A couple of day’s work on the Noble M12 M400GT left me well impressed. The two-seater’s twin-turbo 3-litre Ford Duratec is further upgraded to deliver 425bhp in a machine a little over half the weight of an Aston Martin Vanquish. Caress the throttle and there is no discernible delay. A mighty paw chucks it down the road – much like a Porsche Turbo, only better.
Yet it wasn’t this stonking performance, or the harmony in feel between the throttle, brakes and clutch, or the body control in heave, roll and pitch that really grabbed my attention – it was the fact that in transient manoeuvres the 400GT manages to disguise the fact that there is a large and relatively high-placed C of G mass sitting almost over the rear axle. Having driven several mid/rear engined prototypes with crosswise mounted engines (thus high rear C of G), and no better than 40/60 front-rear weight distribution, you get to look for that lurchy yaw behaviour at the rear.
Making road cars is just about the most difficult way of making a living. Trying to compete with Porsche is a kind of madness
You have to search on a track to find the minimal rear-axle overshoot in transients. The M400GT has some downforce that must help a lot, and the Multimatic- inspired front anti-roll bar is substantially responsible for preserving an understeering balance, but neither necessarily explain the very sound dynamic behaviour; nor does the merely average 40mm difference in section widths between the front and rear Pirelli P Zero tires. There is something else unusually good going on in the suspension department, but I don’t know what.
One massive plus is the 1,060kg kerb weight (same as a 1.6-litre FWD Lotus Elan!) achieved without recourse to trick composites, and so much in contrast to a 1,350kg Lotus Esprit. It was a cyclist friend who pointed out that the lightest aluminium bicycle frame weighs 1kg, no different from the lightest frame of equivalent stiffness in steel. The traumas of making a car out of bits of aluminium are not for Lee Noble. A simple steel tube structure has riveted and bonded alloy panels and a folded steel central tunnel to stiffen it. Apart from the uprights, the suspension components are steel. The chassis unit weighs 190kg, yet without the GRP body panels (some of which are bonded to the chassis) or screen, it manages a tolerable 9,000Nm/deg torsional stiffness. Steel is easy to work, modify, revise, and fix things to – in sum, the ‘steel is real’. Glued aluminium structures seem to have their place in medium volume niche vehicles (Elise/DB9/Vanquish), but Jaguar seems to be the only volume manufacturer to have made serious weight savings with the stuff on the new XJ platform.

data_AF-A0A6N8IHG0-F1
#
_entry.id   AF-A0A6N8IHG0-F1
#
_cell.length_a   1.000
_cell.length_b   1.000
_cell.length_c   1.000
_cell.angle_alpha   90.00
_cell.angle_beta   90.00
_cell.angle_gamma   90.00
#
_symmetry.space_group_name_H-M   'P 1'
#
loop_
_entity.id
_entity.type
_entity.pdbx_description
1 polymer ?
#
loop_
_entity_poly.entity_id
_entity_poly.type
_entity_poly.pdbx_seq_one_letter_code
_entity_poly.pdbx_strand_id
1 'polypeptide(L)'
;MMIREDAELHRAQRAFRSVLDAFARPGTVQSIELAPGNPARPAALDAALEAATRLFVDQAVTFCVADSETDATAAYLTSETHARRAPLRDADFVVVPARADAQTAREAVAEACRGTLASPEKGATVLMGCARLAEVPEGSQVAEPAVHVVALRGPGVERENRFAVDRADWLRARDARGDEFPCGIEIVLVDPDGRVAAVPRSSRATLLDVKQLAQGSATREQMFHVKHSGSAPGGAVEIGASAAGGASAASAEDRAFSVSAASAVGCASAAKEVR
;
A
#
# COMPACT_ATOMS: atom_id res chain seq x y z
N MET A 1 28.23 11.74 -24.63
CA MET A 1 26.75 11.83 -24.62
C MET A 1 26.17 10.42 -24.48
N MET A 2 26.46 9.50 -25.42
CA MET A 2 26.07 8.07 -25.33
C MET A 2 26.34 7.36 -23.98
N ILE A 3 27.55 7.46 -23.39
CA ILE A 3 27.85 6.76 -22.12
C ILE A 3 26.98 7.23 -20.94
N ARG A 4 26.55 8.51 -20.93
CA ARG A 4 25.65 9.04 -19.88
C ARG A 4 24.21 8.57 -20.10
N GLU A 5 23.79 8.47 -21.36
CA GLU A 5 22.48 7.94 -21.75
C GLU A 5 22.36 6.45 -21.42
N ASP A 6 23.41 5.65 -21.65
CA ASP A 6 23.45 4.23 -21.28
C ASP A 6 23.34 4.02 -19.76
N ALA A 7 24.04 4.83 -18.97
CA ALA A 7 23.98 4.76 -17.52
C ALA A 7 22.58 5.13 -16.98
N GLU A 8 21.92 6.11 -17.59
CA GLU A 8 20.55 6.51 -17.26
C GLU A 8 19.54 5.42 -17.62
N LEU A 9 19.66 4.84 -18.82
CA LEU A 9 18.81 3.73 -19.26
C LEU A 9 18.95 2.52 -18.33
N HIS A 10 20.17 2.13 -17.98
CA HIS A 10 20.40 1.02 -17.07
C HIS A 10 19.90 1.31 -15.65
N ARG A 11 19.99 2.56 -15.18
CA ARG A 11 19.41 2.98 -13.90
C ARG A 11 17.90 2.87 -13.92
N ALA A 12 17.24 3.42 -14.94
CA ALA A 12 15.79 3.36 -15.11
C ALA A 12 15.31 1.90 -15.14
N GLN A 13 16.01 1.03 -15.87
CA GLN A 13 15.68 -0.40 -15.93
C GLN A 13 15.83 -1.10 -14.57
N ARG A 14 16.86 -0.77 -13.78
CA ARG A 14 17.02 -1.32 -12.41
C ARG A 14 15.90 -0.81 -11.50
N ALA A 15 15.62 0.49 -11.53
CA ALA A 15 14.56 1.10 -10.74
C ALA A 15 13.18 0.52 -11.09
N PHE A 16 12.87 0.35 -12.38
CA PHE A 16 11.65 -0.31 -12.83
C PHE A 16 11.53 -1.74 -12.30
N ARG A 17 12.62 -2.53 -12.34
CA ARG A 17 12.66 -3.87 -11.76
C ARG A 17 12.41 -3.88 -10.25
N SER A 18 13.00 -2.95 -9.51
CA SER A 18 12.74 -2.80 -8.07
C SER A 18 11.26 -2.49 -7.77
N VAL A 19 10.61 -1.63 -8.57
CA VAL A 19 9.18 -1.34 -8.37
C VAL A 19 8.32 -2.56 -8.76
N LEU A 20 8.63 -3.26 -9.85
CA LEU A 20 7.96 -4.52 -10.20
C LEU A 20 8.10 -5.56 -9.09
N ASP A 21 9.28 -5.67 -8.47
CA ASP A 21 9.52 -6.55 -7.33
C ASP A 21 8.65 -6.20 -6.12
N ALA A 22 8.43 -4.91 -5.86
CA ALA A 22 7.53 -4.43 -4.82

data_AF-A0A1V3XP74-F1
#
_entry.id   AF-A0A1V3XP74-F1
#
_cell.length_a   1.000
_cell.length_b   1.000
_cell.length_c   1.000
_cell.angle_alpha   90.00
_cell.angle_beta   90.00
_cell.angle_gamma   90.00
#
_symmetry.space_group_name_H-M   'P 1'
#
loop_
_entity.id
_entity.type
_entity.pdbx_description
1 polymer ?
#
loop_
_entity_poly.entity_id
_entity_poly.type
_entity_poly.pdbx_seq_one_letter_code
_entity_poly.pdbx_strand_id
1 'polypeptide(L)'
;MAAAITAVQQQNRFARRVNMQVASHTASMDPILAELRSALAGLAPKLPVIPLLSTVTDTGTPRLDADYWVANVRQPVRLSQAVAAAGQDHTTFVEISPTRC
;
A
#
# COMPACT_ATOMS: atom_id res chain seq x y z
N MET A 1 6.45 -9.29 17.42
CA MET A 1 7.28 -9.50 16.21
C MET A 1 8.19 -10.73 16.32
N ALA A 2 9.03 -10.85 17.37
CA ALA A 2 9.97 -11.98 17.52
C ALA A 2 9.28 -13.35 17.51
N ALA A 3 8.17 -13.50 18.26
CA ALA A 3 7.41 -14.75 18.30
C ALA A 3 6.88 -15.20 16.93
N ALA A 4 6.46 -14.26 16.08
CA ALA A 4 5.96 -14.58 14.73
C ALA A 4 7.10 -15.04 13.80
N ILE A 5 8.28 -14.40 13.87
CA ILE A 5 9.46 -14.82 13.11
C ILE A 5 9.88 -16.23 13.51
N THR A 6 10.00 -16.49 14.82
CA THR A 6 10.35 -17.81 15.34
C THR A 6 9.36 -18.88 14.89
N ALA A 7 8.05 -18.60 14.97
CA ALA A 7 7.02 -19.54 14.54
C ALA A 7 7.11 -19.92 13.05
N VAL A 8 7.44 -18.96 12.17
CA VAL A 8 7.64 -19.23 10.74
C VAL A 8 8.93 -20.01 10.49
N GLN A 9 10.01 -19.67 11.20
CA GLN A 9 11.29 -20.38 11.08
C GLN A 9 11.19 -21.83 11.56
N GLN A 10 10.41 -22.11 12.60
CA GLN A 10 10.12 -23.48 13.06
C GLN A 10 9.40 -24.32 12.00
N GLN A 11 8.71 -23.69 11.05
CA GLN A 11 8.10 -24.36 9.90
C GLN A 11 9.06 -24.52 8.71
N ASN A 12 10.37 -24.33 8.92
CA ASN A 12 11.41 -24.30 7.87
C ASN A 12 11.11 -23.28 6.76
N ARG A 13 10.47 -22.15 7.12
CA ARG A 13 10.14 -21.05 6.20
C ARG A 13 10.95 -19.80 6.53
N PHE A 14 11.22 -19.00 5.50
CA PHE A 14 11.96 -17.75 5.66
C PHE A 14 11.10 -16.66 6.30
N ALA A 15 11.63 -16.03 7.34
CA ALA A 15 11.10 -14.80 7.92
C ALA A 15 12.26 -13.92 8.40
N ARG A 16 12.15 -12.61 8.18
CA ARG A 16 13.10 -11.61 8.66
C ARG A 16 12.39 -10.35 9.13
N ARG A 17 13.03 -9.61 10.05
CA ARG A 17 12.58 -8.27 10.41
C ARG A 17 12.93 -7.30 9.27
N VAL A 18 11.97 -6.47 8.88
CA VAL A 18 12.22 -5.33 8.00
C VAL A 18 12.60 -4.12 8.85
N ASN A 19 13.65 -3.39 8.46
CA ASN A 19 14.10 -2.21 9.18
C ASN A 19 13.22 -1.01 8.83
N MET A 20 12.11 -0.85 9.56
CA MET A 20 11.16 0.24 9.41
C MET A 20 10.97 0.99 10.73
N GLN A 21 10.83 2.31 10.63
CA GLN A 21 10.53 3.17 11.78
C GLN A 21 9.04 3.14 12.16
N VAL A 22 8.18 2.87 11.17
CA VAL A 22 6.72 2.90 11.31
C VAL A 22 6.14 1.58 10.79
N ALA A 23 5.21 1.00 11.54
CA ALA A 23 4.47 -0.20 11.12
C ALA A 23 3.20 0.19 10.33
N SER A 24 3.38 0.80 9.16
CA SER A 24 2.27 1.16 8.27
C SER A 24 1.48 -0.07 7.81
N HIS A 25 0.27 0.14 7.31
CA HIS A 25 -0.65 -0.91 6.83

The 400GT’s double wishbone suspension design shows the same no-nonsense approach – so well thought out in detail that one would be hard pressed to say how it could be done differently. There was nothing about the dynamic behaviour that suggested that there was something kinematically or elasto-kinematically dubious about the car. Odd, because Noble has never had access to a K&C rig. The same bushes are used at all pick-up points (taken from the Panhard rod position of a well-known off-road vehicle)– just the kind of demand Colin Chapman would make of his designers. Ride comfort isn’t bad, even rather supple if the road surface is not too rough, and certainly better than Porsches that have the same track day objective. The car isn’t type-approved or Thatcham-assessed, which is where the real money would have to be spent, but the fact remains that on a tiny budget, Noble has produced cars serious enough to have sold 400 examples.
Not content with current success, this little Barwell, UK-based concern has now launched the up-market M14. Lee Noble now has a hell of a task on his hands, even though the underpinnings and powertrain for the new car are not changed fundamentally. Being a serious Porsche competitor means that the details, durability, and test procedures matter so much more.
Making road cars is just about the most difficult way of making a living. Trying to compete with Porsche is a kind of madness, but at least Noble is not strangled by big car company layers of management, decision-making inertia, process control and politics. He is a multi-disciplined designer and engineer with an eye for business as well (hence the low-cost South African manufacturing facility). He is a man on a mission and a workaholic. History shows that missionaries can get crucified, but from what I have seen he just might make it.